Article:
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  • Writer's pictureleodoulton

Coming To Paradise: Hell, otherwise known as playtesting


I had not expected to get so far with Paradise Craved that its sharings would essentially feel like first previews, stress-testing a finished-ish show.


The morning sharing was brilliant. Audiences described it as “weird, heartbreaking”, which is about the highest praise I hope to receive for any of my work.


I really want this piece to be beautiful and moving.


The afternoon ended up being almost the opposite of Come Bargain With Uncanny Things’ first sharing, where the tone was mostly right, but the mechanics clunky.


Here, the mechanics worked well (mostly), and the audience was still engaged, but the tone was often off, lost in errors in playtesting.


Thus one of the things I walk away from Paradise Craved is a set of notes about better playtesting.


First, thou shalt know what you are testing. Is this a finished experience? A stress test? Just a doodle of a few ideas?


Second, thou shalt set the scene clearly for the audience. What do the stand-ins stand-in for? Where would the set ideally do stuff that it currently does not? What would they know in advance?


Third, thou shalt permit thyself to stop the show if needed. When you triumph in the first two minutes of scene-setting, but then realise after five minutes that things have gone off the rails because of a misunderstanding (based on violations of the first and second notes), it is important to stop the show.


Nobody will mind. It’s a test. It means they’ll have more fun and get a better reflection of the show.


I had indeed wanted to do a couple of pretty solid runs, and did so. The morning one, where I did know what I wanted to test, and set the scene clearly for the guests, went very well. The afternoon one, less so. People were given the game mechanics far too soon, and thus treated the show like a game to beat, with some secret means of victory (or content-unlocking).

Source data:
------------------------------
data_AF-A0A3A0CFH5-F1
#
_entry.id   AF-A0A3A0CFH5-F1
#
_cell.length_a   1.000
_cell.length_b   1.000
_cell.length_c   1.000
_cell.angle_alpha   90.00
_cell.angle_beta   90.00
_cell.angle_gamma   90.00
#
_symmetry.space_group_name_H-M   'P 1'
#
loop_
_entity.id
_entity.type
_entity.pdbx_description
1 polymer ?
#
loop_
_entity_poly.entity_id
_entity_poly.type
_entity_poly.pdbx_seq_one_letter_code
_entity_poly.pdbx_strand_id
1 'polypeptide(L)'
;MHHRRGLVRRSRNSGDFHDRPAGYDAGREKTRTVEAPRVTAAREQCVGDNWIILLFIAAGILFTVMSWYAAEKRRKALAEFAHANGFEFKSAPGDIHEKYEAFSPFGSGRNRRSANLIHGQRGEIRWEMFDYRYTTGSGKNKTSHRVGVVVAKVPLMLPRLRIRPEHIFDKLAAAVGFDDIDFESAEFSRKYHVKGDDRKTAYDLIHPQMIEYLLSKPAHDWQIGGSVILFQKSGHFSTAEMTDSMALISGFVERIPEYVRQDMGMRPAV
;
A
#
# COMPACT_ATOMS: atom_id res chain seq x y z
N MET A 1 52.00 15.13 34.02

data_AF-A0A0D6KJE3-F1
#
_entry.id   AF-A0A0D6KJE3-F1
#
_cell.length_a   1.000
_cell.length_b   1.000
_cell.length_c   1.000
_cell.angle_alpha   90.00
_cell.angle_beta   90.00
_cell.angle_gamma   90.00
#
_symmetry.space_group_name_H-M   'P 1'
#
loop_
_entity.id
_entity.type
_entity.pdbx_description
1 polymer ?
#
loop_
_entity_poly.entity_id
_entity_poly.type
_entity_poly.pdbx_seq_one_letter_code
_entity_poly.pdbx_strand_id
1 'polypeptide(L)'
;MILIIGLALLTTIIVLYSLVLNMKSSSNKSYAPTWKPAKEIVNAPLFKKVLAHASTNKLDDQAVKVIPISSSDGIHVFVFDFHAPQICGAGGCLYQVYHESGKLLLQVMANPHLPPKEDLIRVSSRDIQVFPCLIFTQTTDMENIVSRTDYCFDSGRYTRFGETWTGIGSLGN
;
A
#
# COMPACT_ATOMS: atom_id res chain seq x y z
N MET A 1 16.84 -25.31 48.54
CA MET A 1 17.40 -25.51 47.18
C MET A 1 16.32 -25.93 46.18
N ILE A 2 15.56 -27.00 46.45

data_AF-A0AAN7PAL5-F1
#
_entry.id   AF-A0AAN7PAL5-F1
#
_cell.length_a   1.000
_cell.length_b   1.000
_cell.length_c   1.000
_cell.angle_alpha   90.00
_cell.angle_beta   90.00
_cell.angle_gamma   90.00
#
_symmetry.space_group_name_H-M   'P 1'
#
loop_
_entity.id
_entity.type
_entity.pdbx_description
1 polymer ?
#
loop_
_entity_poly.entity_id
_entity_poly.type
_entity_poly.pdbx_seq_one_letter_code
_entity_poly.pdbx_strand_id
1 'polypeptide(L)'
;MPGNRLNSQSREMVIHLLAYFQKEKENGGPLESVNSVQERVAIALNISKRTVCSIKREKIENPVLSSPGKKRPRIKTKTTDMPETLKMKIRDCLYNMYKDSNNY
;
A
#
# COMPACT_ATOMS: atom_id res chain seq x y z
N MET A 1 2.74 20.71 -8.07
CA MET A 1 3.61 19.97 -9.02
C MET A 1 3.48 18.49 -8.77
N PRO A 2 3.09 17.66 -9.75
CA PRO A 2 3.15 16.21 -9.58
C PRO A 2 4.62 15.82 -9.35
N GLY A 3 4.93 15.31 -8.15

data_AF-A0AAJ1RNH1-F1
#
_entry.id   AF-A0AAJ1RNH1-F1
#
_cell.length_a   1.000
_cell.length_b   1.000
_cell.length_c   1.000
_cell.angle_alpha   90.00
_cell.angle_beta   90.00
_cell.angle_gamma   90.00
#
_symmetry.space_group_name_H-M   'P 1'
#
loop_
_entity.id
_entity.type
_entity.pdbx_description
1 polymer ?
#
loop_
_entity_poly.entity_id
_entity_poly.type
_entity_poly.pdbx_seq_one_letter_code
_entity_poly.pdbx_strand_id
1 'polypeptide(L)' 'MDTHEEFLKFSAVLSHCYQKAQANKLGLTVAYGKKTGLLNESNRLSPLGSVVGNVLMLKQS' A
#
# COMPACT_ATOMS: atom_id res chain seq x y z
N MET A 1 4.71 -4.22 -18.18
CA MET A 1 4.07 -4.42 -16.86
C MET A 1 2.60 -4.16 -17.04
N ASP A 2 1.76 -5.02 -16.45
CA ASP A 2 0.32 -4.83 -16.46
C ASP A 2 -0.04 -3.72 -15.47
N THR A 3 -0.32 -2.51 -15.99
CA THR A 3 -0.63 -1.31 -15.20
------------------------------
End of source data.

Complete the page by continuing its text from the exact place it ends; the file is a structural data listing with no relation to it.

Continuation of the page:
It is not able to offer either of those things, and thus I have now revised the first fifteen minutes to reinvent that and make it easier for people to fall into the tone the morning found immediately.


A fourth rule: ask good questions at the end. ‘How do you feel?’, and ‘who would you bring if you’d had a spare ticket?’ are both good questions that got good responses.


As did having very open space for people to give their comments. Though I perhaps flatter myself by reporting it, I was pleased by someone who praised my willingness to have people drifting in and out during my residency, shaping my work as it was underway.


I have not always been (and am not always) so willing to share and hold space with people.


Likewise, I am pleased that not one person said “oh, it kinda reminds me of ____,” which hopefully means my sense this is a novel and worthwhile strand of enquiry is correct.


Questions I wish I’d asked: “would you come again, once I’ve revised it?” and “Was it shit?”


The first because I think it’s useful to sense engagement. I got the very strong impression that even the afternoon audience had been really engaged and intrigued by the experiment (in that they said so), and this specific question is a good way to sense how far that went.


The second because it’s alright to fail. It’s alright to stop projects halfway. Sometimes, the attempt at rebellion is worth it.


But I am very happy, all in all, with how playtesting went. I think it’s a much better show now. Thanks to the playtesters, Theatre Deli, and admittedly, quite a bit of work at my end.


A figure in a purple shirt-jacket over a brown dress, wearing wings made of scraps of metal, string, and paper, smiles at a person out of shot. They are in a theatrical space.


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